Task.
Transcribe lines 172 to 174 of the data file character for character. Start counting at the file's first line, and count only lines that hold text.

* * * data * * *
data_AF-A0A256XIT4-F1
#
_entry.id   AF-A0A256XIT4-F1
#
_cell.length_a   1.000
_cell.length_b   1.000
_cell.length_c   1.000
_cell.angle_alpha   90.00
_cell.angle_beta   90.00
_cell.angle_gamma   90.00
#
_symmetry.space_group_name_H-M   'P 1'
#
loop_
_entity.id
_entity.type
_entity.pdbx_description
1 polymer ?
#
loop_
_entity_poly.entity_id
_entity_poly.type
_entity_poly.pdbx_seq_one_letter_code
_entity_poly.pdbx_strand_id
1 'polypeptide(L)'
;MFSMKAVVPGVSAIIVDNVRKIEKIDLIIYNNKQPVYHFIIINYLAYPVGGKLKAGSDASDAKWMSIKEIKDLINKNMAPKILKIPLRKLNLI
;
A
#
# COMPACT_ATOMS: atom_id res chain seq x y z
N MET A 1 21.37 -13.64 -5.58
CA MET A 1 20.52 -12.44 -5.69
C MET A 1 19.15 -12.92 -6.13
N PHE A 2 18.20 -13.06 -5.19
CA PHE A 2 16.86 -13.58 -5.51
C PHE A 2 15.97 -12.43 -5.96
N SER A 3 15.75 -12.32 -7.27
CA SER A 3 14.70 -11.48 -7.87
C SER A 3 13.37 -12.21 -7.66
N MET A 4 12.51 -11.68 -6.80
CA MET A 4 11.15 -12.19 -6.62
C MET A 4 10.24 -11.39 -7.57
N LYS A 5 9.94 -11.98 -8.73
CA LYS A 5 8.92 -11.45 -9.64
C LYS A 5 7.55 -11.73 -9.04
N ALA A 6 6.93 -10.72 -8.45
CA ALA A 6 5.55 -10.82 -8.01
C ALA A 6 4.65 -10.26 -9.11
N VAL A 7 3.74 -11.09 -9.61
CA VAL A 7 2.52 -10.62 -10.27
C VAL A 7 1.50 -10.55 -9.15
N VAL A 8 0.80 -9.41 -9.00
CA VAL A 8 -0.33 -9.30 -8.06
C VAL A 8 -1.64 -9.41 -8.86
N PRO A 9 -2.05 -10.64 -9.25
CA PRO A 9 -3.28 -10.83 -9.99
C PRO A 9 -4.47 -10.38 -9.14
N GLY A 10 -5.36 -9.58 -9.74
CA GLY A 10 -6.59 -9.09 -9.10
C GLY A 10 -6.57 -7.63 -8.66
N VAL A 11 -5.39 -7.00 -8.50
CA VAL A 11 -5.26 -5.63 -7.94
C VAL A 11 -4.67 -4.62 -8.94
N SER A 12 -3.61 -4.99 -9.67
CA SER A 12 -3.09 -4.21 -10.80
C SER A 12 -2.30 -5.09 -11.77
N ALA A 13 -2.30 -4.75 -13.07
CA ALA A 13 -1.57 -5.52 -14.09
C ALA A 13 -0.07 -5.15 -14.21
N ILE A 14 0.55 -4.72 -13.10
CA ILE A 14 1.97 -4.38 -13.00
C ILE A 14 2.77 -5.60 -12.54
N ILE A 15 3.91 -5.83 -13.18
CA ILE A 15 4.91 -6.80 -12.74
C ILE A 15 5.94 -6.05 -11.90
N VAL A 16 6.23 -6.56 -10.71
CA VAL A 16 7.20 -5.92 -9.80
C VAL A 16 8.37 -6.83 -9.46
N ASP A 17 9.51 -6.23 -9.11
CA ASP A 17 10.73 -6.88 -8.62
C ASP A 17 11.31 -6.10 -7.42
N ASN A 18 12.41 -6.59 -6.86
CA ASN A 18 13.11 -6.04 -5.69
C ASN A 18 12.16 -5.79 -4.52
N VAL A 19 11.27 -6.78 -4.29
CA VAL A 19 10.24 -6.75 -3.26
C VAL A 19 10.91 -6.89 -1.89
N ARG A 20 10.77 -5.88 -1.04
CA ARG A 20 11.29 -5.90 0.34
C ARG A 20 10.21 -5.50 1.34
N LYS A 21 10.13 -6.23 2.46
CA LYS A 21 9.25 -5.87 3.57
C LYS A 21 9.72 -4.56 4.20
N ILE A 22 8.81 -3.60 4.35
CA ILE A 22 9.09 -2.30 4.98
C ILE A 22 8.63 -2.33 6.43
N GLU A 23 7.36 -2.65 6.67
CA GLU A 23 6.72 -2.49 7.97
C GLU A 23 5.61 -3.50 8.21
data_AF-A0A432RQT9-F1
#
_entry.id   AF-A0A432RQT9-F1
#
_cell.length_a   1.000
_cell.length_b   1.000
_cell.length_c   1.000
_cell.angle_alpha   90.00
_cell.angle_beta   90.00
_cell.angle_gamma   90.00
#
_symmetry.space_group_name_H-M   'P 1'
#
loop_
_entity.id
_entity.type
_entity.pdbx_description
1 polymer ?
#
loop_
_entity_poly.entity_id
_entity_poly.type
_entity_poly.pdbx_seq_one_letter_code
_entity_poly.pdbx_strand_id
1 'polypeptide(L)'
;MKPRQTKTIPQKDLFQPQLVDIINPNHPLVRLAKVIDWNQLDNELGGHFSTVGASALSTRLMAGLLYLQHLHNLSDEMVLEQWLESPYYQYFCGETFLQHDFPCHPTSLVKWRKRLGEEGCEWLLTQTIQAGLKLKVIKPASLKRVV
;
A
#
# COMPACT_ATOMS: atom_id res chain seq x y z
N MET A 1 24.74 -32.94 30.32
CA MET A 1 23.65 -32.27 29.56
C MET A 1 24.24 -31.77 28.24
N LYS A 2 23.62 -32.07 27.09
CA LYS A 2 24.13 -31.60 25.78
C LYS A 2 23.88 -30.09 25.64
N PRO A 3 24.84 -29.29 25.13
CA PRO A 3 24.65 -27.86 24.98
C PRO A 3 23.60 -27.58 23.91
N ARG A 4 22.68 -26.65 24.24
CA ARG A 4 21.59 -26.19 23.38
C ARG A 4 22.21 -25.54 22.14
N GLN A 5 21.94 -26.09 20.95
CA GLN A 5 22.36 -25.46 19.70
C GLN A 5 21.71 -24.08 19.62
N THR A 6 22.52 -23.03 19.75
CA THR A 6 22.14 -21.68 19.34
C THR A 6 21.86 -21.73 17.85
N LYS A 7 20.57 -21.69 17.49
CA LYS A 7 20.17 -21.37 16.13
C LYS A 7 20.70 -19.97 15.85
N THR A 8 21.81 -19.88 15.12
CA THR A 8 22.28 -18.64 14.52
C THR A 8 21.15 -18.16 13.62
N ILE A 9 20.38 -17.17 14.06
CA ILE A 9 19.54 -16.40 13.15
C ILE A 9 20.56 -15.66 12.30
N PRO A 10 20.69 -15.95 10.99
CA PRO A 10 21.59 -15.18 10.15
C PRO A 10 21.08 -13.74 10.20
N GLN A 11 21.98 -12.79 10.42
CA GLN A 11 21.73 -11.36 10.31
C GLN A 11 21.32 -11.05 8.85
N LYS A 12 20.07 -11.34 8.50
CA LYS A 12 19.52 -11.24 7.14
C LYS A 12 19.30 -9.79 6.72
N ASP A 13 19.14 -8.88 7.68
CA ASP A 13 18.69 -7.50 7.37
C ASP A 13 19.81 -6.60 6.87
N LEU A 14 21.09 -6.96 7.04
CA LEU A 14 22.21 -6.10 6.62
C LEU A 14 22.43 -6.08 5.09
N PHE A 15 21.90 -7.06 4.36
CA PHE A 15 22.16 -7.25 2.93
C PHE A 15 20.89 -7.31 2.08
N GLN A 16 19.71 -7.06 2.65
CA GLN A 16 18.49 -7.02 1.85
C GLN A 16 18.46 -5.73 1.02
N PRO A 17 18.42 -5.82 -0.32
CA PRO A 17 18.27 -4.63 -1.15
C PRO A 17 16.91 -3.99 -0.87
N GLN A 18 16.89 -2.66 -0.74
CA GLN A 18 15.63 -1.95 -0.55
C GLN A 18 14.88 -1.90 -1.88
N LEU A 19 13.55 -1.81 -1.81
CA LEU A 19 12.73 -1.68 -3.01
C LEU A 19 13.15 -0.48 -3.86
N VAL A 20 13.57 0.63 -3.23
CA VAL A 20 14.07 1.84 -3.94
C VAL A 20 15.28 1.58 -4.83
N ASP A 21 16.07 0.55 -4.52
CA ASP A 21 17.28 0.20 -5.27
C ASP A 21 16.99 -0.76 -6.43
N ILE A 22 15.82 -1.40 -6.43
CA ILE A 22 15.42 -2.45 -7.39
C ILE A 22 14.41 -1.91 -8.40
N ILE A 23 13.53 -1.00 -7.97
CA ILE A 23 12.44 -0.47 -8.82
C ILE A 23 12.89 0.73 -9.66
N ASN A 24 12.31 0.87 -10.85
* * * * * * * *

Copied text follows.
N PHE A 15 21.90 -7.06 4.36
CA PHE A 15 22.16 -7.25 2.93
C PHE A 15 20.89 -7.31 2.08